New York suffered the largest loss of residents to other states in the nation from 2000 to 2008, with more than 1.5 million people leaving, a report Monday found.

The report, commissioned by the conservative Empire Center for Public Policy, found 8 percent of New York’s population at the start of the decade has left to other states. Thirty percent of them moved to Florida; another third moved to neighboring New Jersey, Connecticut and Pennsylvania.

The shift also resulted in a 13 percent drop in the average incomes of New Yorkers, as households with higher incomes left the state, the report found. The report suggested the reason for the migration is the state’s high taxes and high cost of living. The majority of the people who left came from New York City, which lost 1.1 million people to other states and other places in New York.

While most left the state, some moved north within New York. Dutchess, Orange and Ulster counties, for example, had population increases, as did the Albany area.

Wendell Cox, an Illinois-based researcher who led the study, said New York, particularly in the New York City area, had seen home prices over the last decade greatly outpace incomes compared to other states. Also, New York is among the highest taxed states in the country, he said.

But he said it also has to do with people moving to warm-weather states at a greater rate.

“The issues of cost and taxation are likely to be driving issues,” he said. “But no matter what you do, I don’t anticipate you’ll grow as fast as Arizona.”

In upstate New York, which has some counties that have had the highest property taxes to home values in the country, the migration out of the state was at a slower rate, the report found.

The Rochester region, for example, saw a population drop of about 43,000, or 4.2 percent, compared to the 14-percent decline suffered by New York City. In Westchester County, the migration out of New York led to a 2.7 percent decrease in population.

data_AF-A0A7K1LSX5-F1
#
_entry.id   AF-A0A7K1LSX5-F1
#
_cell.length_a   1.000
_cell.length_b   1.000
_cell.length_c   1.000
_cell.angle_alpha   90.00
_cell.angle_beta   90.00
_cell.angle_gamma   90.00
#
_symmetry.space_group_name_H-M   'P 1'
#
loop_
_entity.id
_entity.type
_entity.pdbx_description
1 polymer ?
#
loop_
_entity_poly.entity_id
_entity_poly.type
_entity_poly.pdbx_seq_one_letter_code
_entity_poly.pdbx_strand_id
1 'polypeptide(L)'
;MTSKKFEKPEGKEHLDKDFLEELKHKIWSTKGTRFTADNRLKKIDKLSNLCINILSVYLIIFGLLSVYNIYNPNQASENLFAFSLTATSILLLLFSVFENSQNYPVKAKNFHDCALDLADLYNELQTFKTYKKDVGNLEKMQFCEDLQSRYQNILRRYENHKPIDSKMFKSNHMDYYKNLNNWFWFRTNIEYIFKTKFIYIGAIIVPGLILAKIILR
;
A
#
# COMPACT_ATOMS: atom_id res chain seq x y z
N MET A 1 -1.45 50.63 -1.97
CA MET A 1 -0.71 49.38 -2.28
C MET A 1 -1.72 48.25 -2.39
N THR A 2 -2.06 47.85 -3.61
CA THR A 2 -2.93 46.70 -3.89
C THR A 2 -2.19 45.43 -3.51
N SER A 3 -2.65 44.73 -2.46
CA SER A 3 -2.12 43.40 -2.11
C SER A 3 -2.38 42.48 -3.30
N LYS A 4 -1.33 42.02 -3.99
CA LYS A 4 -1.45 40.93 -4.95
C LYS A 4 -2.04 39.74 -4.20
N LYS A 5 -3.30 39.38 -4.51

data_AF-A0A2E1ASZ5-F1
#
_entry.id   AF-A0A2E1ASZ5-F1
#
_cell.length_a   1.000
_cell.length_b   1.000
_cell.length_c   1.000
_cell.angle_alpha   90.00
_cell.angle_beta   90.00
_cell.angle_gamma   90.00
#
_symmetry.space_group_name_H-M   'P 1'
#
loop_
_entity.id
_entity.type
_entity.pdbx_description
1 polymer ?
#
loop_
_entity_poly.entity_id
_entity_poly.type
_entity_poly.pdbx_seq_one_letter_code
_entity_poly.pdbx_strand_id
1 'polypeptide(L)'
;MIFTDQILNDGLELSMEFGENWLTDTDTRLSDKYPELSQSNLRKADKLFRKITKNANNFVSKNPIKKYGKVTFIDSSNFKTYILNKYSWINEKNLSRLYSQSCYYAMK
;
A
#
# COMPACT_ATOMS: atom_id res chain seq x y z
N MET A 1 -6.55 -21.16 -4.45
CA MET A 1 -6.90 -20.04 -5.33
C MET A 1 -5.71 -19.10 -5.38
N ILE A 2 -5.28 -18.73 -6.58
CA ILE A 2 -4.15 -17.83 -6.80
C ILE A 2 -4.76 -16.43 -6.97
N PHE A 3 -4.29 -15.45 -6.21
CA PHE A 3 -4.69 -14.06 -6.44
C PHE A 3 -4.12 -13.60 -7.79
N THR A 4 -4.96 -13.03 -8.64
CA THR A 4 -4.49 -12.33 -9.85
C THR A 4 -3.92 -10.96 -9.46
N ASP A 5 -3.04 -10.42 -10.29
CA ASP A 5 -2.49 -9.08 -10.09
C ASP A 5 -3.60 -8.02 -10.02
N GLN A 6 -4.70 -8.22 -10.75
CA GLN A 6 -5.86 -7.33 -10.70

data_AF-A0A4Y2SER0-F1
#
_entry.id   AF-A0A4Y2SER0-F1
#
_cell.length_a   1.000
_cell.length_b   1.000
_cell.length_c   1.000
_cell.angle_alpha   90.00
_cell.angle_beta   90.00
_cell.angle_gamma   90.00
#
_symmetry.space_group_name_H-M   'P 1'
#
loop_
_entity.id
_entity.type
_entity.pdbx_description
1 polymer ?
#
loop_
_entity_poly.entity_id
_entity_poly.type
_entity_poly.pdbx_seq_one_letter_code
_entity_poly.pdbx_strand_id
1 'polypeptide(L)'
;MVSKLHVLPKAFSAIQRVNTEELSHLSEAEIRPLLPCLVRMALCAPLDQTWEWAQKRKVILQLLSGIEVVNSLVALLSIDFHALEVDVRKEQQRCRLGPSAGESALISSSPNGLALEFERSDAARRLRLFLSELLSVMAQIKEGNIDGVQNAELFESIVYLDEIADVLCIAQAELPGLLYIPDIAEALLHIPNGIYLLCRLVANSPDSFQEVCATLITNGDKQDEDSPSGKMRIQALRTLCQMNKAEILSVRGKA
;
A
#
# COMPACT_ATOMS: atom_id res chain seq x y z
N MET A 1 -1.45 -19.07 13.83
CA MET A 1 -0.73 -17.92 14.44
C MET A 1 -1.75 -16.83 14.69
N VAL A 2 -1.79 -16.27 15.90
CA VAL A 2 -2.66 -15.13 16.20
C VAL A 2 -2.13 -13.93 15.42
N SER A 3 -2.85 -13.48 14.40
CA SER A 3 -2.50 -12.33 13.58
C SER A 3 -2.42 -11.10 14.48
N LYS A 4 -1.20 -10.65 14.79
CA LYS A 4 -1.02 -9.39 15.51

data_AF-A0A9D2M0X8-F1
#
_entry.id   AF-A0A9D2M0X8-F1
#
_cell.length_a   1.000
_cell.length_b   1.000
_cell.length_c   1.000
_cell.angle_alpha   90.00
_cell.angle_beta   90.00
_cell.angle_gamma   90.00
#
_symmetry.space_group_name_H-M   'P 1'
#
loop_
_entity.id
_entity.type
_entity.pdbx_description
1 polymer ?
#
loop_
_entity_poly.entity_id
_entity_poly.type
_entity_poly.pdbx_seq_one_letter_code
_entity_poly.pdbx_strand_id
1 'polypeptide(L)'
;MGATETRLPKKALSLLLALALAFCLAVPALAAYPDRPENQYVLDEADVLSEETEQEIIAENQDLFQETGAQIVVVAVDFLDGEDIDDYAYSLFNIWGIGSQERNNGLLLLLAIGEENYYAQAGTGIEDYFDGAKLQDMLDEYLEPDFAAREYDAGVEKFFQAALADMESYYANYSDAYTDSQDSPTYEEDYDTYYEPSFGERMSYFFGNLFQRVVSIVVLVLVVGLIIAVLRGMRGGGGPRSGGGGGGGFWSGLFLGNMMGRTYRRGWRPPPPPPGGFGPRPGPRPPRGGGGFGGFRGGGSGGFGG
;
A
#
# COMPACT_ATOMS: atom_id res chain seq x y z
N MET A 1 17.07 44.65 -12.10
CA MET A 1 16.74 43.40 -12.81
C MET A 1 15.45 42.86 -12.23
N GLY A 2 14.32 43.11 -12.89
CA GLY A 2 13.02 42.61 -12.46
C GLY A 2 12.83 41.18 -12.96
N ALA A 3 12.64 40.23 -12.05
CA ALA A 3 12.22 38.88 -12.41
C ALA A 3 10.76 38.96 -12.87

Overall, the state’s population grew by 2.7 percent between 2000 and 2008, despite the number of people who left. The report said the primary reason was an influx of 876,969 immigrants, who made up 22 percent of the state’s population in 2008, compared to 17 percent in 1995.

Still, New York’s population growth rate was slower than most of the nation, ranking it 41 out of 50 states from 2000 to 2008.

Other findings in the report:

— The annual net loss of New Yorkers to other states ranged from nearly 250,000 people in 2005 to 126,000 last year, with the decrease attributed to the national economic decline.

— In 2006-07 alone, the migration flow out of New York resulted in a $4.3 billion loss in taxpayer income. New Yorkers moving to other states had average incomes between 2006 and 2007 of $57,144, while the average income of households moving into New York was $50,533.

Here’s a look at how many people in each county migrated to other states from 2000 to 2008, according to a report from the Empire Center for Public Policy. The report came from an analysis of data from the U.S. Census Bureau and the IRS…

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The Empire Center is an independent, non-partisan, non-profit think tank located in Albany, New York. Our mission is to make New York a better place to live and work by promoting public policy reforms grounded in free-market principles, personal responsibility, and the ideals of effective and accountable government.